Recent Posts

Archive

Tags

Yikes....my baby is at the dog park

Hello everyone and welcome to Daragan's. We are a small pet care service that offers quality care for our busy clients. Being small does have it's advantages.


What I'd like to discuss today, are dog parks. Dog parks can be a great place to have your dog socialize and release some energy. Many people love to bring their beloved pets to one after a long day of work. Some dog parks have a wide open space with acres of land where dogs can run freely, while others have an enclosed space that keeps our puppies out of the woods or someone's yard. Either way each of us enjoy the benefits of allowing our dog to run & play with other mates.


However, there should be some caution when we bring our pets into any park where there are many other dogs and no trained staff . Some simple training techniques could prevent a costly trip to the vet and a wounded dog; both physically & emotionally.


Dogs love to run and play freely. They have no inhibitions or sense of expectations. We pull into the park, they jump out the car, and run to greet their friends. All they want to do is sniff, pee, run & play. They go into a dog park solely to have a great time. But, sometimes, things can get unbalanced and dangerous for our beloved pets. We need to be prepared to protect them when they need us. We need to know what's going on in the dog world in order to read what they are saying to each other.

Greeting- nose to nose, snout to snout, back side to back side. When dogs greet each other, they get a good whiff of their friends through their sense of smell. Dogs sniff each other's mouths, then their ears, then their behinds. This is a great way to meet because dogs have poor eye sight and only see in black & white. A good sniff of their friends communicates to them who they are. Caution should be noted by the owner if two dogs stay nose to nose. In the dog world, two dogs staying nose to nose is danger and potentially harmful. Two dogs that stay nose to nose need a leader to intervene. Watch your dog carefully and keep them on leash until greeting have been complete and your dog knows you are keeping an eye on the situation.

Prey Drive- the chase. Dogs live in four drives. One of the drives is the Prey Drive which starts with the "chase". This can be very difficult for a dog that is the prey and it is NO FUN. If you see another dog chasing your dog intently, in a prey zone, don't wait for something to happen or think, "they are just playing". In the dog world the Prey Drive is very deliberate and needs to be taken seriously by pet owners. When dogs are in the Prey Drive, the dominate dog is to the right of the submissive dog and slightly behind them. The dominate dog is focused in on the submissive dog and is relentless in the chase. This is where many dogs get hurt, bites occur, and sometimes much worse. We need to develop a strong recall command with our dogs in order to snap our dogs out of the Prey Drive. Watch your dog and make eye contact with them so they know you are present and are aware of what's happening. If your dog is the submissive dog, squat down and turn to your side, raise your arm and use a sound / treat to let your dog know you're there. Stay calm, your dog should run to you for your protection. When the other dog approaches you, push the dog away, firmly. Let the dominate dog know, you're in charge, (your pup will thank you). If your dog is the dominate dog, have a high-level treat in hand and use a sound to recall your dog immediately. Don't let the chase go on too long. Don't scream or yell, stay calm; let your dog know that this chase is unacceptable by making eye contact. Train him that there's a high-level treat is in store for him when he stops and comes to you. Wait this out, your dog will responded to a leader that he can trust.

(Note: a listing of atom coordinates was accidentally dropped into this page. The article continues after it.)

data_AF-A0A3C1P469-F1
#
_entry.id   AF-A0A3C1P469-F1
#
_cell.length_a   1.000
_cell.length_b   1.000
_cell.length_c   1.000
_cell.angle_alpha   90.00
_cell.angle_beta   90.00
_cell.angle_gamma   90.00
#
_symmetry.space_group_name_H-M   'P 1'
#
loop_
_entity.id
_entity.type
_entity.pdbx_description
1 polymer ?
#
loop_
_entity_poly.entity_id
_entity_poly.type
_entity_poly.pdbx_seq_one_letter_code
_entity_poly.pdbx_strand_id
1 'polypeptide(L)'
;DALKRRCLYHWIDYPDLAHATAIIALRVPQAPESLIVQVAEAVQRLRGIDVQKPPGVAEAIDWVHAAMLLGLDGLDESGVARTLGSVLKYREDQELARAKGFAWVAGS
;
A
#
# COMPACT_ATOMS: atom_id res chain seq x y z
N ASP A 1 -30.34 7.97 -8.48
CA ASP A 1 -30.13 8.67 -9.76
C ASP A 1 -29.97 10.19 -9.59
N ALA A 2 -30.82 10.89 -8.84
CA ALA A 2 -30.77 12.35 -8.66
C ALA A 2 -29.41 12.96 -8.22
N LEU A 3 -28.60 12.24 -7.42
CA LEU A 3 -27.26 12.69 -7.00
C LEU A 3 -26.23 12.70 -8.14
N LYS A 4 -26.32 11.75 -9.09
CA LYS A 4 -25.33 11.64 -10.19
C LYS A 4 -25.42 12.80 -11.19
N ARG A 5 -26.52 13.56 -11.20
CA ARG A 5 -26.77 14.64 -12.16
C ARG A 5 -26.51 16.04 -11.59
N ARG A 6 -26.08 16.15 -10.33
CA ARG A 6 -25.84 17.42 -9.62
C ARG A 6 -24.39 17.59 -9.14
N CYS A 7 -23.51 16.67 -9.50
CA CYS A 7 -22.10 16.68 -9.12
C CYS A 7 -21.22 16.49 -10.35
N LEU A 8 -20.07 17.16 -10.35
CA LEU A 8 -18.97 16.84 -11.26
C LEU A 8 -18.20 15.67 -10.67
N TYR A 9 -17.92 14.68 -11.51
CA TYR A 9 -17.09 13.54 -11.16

Rolling play - 50 / 50. When dogs play they love to roll around and around, especially pups. They don't care if they are rolling in mud, grass, turf, or poop. They will play & play until they are exhausted. This play is very important for their development and social skills. What we need to watch out for is when one dog is on top of the other dog more then 50% of the time. A dominate dog will always be on top of another dog when they are playing. The dominate dog will pin down another dog by it's neck and hold him there for over 5 seconds. If this happens, we need to separate them and watch their play. If you need to, place a leash on one of the dogs and encourage this play of 50/50. If one dogs continues to play "too rough", step away from that dog. He will find another pup to play with.


The dog world is much different then ours and we need to be very present when socializing them with other dogs. This is not the time for us to mingle paying no attention to our pups. Sometimes a good old fashion walk is what's best for our beloved four legged family member.